/ Phrae, Thailand /
/ Story: Wuthikorn Sut / English version: Bob Pitakwong /
/ Photographs: Tanakitt Khum-on /
This newly built snug steel home comes with “tai thun,” the lower open space, that allows cool air to pass through. Woodwork and a contemporary steel frame add remarkable touches to what now includes a coffee shop, clothing store, and family homestay.
Originally there were two old homes on the property before the new steel structure was built in the in-between space: one belonged to the grandmother, the other to her son, Kriangkrai Phithayapreechakul. It was a small house built on a raised foundation in 1986.
The plan was to connect the old homes to the new steel structure that contains a coffee shop, a clothing store, and a homestay.
“We had already moved out, and were living in the central business district of Phrae,” said Kriangkrai.
“At that time,” added his wife Sasithon Chai-uphatham, “we were planning to live and do business there. But Mom (the grandmother) got sick, so we decided to come back.
“Our daughter, Kik or Kansiri Phithayapreechakul, was about to graduate, so we figured we could do our batik work right here at home. And we would be happier living together.”
Sasithon’s batik brand, “Thai Thaw”, is akin to “Roketsuzome”, a traditional Japanese wax-resist textile dyeing technique. Coming back to set up the family business is one reason her daughter Kik decided to go study fabric design. That’s the reason for building this intimate steel home in the middle.
“We started the building five years ago,” said Kik. “It took a year to finish it, and then we added a coffee shop and clothing store fronting the street, connecting into the old houses.”
With a clothing store on one side, they created a homestay on the other. The homeowners also adapted downstairs space for use as family room.
“At first we didn’t plan on opening a homestay. But we had some friends coming over to visit a lot, and they liked being around this area,” added Kik.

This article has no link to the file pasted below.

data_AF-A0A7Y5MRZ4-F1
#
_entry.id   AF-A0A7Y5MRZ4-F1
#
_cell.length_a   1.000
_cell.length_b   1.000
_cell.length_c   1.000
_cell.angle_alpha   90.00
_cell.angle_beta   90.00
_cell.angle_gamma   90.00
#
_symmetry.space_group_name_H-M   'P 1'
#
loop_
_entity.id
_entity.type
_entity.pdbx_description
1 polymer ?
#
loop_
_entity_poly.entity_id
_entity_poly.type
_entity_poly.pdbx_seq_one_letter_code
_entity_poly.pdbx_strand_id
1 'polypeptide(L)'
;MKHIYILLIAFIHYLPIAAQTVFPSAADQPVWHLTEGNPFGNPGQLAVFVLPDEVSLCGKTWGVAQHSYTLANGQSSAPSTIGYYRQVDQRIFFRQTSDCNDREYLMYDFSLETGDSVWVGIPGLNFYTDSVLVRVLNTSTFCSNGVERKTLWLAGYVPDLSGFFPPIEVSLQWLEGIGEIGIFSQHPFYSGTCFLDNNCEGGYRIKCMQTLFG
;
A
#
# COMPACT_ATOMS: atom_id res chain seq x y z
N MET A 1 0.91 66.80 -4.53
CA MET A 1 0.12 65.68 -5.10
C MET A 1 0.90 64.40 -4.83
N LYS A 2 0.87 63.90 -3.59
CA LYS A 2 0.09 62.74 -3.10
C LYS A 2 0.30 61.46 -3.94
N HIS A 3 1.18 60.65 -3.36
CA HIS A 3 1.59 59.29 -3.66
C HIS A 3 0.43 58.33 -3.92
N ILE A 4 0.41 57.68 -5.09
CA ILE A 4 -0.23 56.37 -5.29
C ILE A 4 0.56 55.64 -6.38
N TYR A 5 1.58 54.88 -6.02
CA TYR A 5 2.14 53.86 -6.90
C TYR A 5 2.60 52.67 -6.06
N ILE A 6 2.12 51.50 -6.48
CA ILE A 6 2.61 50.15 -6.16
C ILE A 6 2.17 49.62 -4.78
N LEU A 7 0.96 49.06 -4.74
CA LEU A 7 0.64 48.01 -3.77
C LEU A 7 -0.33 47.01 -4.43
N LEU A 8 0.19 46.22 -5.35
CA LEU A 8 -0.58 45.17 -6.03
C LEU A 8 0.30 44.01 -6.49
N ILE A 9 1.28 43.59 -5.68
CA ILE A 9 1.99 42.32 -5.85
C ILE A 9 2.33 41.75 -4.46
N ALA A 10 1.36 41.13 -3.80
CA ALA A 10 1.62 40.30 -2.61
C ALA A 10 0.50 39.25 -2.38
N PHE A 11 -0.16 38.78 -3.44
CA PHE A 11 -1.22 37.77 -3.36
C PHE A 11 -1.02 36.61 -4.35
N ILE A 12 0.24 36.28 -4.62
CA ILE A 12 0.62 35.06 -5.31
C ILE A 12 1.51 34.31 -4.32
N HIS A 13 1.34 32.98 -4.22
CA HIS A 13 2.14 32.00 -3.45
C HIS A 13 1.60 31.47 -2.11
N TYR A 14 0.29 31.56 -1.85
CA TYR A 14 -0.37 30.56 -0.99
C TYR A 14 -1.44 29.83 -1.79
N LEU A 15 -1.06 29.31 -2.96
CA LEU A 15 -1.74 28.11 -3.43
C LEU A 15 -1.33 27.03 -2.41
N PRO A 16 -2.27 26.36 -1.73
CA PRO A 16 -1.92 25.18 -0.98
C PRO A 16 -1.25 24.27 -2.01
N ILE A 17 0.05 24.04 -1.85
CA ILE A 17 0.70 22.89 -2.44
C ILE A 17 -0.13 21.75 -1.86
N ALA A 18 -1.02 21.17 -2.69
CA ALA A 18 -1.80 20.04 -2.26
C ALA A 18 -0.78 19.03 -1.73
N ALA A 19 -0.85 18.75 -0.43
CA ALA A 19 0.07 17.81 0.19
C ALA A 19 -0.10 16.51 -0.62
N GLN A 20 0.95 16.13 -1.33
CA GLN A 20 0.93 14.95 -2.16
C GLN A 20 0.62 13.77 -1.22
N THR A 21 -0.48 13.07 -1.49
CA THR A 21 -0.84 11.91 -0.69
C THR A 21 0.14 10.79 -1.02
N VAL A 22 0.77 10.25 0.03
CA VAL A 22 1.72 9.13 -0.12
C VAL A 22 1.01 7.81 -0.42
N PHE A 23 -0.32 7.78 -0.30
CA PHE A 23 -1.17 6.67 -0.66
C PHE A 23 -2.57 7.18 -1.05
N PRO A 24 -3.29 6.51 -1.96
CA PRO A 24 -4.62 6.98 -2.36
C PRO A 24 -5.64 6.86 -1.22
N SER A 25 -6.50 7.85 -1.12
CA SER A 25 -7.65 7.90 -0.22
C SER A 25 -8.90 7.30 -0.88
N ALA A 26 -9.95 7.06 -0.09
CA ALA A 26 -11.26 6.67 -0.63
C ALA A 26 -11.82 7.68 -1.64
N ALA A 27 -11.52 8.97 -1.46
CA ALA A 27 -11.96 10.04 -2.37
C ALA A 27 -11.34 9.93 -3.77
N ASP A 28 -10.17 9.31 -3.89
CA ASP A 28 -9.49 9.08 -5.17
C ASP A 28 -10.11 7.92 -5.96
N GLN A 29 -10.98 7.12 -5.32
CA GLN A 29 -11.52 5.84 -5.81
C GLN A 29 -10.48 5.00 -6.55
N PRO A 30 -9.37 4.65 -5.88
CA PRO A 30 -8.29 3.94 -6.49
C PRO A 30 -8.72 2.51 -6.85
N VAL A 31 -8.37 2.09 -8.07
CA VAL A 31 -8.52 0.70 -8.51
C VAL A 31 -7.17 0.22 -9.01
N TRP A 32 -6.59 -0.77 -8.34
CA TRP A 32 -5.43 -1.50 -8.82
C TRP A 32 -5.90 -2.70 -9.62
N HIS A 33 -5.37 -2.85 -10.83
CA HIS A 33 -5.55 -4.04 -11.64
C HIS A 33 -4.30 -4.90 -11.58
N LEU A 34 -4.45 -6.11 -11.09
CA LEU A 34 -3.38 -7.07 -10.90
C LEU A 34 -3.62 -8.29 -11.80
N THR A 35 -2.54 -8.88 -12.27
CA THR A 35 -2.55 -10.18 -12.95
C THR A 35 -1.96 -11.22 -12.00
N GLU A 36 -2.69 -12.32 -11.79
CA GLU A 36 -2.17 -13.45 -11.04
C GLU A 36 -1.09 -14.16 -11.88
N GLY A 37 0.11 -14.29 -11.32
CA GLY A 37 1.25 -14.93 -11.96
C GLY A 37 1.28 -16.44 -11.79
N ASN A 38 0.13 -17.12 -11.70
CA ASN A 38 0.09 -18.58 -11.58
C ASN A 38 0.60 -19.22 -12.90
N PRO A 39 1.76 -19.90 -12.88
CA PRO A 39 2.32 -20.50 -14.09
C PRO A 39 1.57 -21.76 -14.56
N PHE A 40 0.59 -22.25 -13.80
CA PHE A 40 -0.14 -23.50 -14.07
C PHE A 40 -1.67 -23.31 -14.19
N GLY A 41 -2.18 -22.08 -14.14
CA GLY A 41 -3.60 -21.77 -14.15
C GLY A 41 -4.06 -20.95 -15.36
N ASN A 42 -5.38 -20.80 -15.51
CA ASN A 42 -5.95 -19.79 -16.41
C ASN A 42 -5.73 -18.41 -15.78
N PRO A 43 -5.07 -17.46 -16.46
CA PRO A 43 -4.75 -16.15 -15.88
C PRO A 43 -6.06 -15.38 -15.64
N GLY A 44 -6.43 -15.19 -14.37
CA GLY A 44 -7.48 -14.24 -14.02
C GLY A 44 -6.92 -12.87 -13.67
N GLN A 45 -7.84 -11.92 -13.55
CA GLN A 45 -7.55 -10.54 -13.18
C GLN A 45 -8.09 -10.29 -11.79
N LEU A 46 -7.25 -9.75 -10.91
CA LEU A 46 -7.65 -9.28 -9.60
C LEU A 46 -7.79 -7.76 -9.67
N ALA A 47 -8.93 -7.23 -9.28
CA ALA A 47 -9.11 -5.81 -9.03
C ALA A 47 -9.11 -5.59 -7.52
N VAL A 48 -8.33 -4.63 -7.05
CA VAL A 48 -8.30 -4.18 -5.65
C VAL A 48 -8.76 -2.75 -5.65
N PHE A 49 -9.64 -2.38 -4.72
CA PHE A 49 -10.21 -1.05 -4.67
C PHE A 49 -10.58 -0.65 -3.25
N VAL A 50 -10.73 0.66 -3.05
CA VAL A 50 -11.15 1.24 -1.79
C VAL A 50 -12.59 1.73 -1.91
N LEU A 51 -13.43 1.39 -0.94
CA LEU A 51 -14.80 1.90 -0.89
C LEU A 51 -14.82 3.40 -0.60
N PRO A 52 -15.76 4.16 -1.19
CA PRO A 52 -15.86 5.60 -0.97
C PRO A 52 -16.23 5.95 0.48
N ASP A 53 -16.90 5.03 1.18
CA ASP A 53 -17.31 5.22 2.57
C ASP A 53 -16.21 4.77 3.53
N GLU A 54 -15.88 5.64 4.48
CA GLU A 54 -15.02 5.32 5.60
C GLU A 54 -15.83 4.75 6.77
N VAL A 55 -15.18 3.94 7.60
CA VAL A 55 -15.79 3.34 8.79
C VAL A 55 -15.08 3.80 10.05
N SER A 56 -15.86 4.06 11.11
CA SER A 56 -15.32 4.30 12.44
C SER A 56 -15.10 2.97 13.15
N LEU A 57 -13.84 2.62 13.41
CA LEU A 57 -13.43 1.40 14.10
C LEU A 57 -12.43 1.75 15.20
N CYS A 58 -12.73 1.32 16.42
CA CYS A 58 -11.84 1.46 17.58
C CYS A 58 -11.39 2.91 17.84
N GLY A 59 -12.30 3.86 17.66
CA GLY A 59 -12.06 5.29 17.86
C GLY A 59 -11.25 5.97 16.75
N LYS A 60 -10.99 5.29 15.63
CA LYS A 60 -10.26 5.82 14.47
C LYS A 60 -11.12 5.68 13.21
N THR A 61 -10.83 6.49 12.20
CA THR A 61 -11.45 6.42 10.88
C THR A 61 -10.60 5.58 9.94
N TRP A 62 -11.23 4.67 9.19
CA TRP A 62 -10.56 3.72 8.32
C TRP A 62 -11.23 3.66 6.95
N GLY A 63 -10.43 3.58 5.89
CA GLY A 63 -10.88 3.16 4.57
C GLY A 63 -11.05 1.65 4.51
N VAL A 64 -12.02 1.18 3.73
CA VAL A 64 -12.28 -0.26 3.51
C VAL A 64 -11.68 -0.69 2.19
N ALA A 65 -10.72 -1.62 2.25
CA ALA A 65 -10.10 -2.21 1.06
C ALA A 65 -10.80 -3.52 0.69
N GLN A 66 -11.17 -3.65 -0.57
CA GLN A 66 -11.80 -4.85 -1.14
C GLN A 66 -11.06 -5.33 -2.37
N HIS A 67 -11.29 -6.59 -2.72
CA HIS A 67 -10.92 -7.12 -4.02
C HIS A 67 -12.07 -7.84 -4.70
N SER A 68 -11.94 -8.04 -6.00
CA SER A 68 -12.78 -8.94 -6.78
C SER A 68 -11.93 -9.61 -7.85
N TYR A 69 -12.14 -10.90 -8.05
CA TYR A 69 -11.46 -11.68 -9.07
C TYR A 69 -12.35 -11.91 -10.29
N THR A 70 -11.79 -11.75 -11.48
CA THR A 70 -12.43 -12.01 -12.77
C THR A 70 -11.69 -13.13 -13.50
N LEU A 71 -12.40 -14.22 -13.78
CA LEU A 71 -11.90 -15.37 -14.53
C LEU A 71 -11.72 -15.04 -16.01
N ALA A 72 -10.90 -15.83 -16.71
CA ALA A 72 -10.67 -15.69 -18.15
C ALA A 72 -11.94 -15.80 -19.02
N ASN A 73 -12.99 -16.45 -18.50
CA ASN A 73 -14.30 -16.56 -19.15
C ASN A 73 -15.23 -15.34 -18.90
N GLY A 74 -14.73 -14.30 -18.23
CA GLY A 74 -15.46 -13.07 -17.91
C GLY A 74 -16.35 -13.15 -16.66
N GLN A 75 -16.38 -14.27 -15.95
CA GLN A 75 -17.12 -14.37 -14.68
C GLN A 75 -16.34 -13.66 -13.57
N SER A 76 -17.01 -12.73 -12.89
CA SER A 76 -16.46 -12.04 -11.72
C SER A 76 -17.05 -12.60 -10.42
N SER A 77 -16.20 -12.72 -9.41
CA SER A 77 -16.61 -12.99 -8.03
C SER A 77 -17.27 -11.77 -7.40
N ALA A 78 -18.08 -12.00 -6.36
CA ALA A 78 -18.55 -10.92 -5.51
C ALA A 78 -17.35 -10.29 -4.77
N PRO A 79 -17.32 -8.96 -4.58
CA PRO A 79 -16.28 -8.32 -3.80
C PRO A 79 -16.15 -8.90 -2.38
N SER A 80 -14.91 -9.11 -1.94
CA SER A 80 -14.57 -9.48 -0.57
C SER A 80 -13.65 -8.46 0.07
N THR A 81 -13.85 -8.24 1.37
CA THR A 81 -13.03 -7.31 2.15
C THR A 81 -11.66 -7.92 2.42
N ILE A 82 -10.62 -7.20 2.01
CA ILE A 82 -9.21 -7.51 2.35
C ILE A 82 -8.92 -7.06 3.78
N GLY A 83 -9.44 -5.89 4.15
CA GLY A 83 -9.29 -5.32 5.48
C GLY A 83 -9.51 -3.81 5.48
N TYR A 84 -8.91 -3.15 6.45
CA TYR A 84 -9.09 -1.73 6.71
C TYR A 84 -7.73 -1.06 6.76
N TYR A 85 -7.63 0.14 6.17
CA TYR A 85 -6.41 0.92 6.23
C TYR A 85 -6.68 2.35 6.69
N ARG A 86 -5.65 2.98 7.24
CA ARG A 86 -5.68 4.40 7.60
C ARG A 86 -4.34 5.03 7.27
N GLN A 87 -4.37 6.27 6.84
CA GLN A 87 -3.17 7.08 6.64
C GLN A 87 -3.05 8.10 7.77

“Later, when we decided to give lessons in batik making, the house became a guesthouse to accommodate workshop participants.”
The new building features a mix of concrete, steel structure and reclaimed timber. Upstairs, the floor is made of recycled tongue-in-groove hardwood boards. It reaches all the way to connect with the grandmother’s house.
The “tai thun” or lower open space inside Grandma’s house now serves a new purpose as the homestay living room. The homeowners kept the space as it was because they wanted to preserve the character of the old house and, at the same time, made certain that it blended with the new steel home.
Outside, a large mango tree was preserved for shade, relating to the space left between the three structures for good airflow. Décors are mostly from family collections.
“We worked slowly, concentrating on details, for beauty and best use of space,” said Kriangkrai.
“I let the builders work in the ways they were best at, and they brought out the charm of the original materials, blending them into a whole. In some places the steel was allowed to rust, complementing marks on the old wood as well as bare concrete and brick surfaces.”
The imprints of time work indeed with the new design making this steel home something really chic and special.
Owner/Designer: Kriangkrai Pitayapreechakul
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